Whatever happened to VOC?
Remember back in the '90s, when voice of the customer (VOC) was all the rage? It was a process discipline, a way for companies to gather customer insight to drive product and service requirements.
But VOC got lost amidst a booming tech sector, abundant resources, and the many, many new markets, customers, and transactions that companies pursued. Somewhere along the way, pulling out all the stops to delight the installed customer base got lost. One-to-one marketing, personalization, and demand creation rose above truly understanding customers, above assessing their needs and driving higher order benefits for them and their customers.
Today, VOC is again moving to the center of the radar. We know this because the very recent Phelon Group/MarketingProfs VOC survey revealed that more than 80% of companies sponsor either formal or informal VOC activities. But this time, customers aren't just king—the integration of customer retention, repurchase, and referenceability is a full house.
Because marketers have neither time nor resources to experiment, we're joining forces with MarketingProfs to bring you this regular column, as well as the VOC survey results.
What's VOC today? More than a once-a-year review or online survey...
Voice of the customer means tuning your organization, at all its touch points, to what customers feel and think, what they say, how they act and respond to plays by your company and its competition. And, unfortunately, that can't be relegated to a once-a-year business review or a complex, online loyalty survey that uses dozens of questions to get the same answer: "Do you plan to buy more... and when?"
VOC is the collective body of information that informs and in some cases drives decisions within your organization. Specifically, voice of the customer comprises:
- Customer perceptions of your brand
- Customer satisfaction and loyalty data
- Customer usage information
- Customer inputs: future needs, business challenges, specific requirements
- Customer word of mouth within their companies and peer groups, in the industry through events and testimonials
Become the VOC implementation expert in your organization
This column is about helping you lead your organization toward embracing the customer's voice. It will provide you with the insight and information you need to act as a leader and VOC implementation expert in your organization. It will share with you our perspective—formed while working in and with large corporations, with marketing practitioners, and leaders of emerging and enterprise companies, and after speaking with several thousand of your customers each year.
Most of all, it will help you do what you want to do: Close the feedback loop on the brand or new positioning, drive go-to-market planning, reinforce the corporate reputation, foster reference customers, and strengthen targeting efforts.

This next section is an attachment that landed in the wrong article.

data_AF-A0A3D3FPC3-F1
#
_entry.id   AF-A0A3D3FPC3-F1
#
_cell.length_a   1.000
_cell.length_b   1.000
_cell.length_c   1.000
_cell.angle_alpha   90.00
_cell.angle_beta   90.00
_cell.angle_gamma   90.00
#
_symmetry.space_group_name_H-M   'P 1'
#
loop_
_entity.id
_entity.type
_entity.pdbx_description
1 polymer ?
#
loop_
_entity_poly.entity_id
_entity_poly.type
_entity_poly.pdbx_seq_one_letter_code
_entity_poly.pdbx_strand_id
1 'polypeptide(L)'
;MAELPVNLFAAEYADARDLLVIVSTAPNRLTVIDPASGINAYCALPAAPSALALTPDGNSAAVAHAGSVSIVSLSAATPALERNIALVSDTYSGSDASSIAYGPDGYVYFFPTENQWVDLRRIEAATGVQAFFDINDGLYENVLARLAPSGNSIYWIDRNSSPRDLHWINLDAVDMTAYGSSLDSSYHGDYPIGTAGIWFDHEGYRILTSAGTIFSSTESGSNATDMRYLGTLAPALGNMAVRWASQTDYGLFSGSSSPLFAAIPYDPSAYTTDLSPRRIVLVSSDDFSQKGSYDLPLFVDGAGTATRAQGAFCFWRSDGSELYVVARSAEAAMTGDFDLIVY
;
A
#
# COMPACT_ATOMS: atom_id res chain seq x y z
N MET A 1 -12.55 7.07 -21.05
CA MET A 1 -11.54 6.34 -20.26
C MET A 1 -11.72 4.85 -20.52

What's on your VOC agenda?
Here are four key lessons we've learned; they'll prepare the ground for coming articles—to help you prepare for next quarter's VOC activities:
1. Use the channels already at your disposal
The VOC you seek is already in your backyard. Success story and PR agencies, customer reference and competitive intelligence programs are sitting on mounds of customer insight and real intelligence, as are blogs, forums, and other online communication vehicles, and industry/financial analysts. Yet that important information seldom gets back to those in your company who need it in a way that improves how decisions are made. I'll tell you how to get it, what forms will best support the achievement of your goals and how to maintain an ongoing flow of meaningful data.
2. Define a VOC blueprint
Blessed by all customer-facing business units and your management, the VOC blueprint shows your company what to do when customer information is gathered. It defines what is needed to drive go-to-market, road map planning and prioritization, pricing, and other critical decisions. Which framework elements create VOC success? I'll clue you in and describe ways you can foster companywide agreement and acceptance.
3. Create a shared language
Every company has a unique culture. Develop a vernacular for discussing the various types of and "stages" in the customer relationship, then help the company speak it. Assuming you influence or are in charge of internal communications, define what "promoter" means and what "defector" symbolizes. I'll help you learn how to make colleagues and associates fluent and get the shared language of VOC to gain currency.
4. Avoid the landmines
Marketers can get trapped in jockeying for position and political quagmires. Unless you've got enthusiastic C-level support for massive customer data integration efforts, for attempts to minimize customer touch points, and for changing who/how customer data is captured, these programs encourage the loss of budget, brain-power and energy. Without executive sponsorship, such efforts bleed the life out of a marketing program. I'll tell you why and what to do instead.
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What I'll share with you through this column will benefit your programs and campaigns. Properly used, VOC will impact your revenues. But it will also help you help your company get better at customer listening. Whether you call it enlightened self-interest or relationship management—it works and it wins!
You may like these other MarketingProfs articles related to Customer Behavior:
- The Factors That Most Influence Buyers of B2B Services
- How to Use the Awareness Stages to Nurture Leads From MQL to SQL
- How to Build Marketing Automation Campaigns That Prompt Desired Behaviors From Your Leads
- Do People Trust Brands to Protect Their Personal Data?
- How to Adapt to Changing B2B Tech Buyer Behavior [Infographic]
- Meh on the Metaverse: How Americans Feel About Virtual Worlds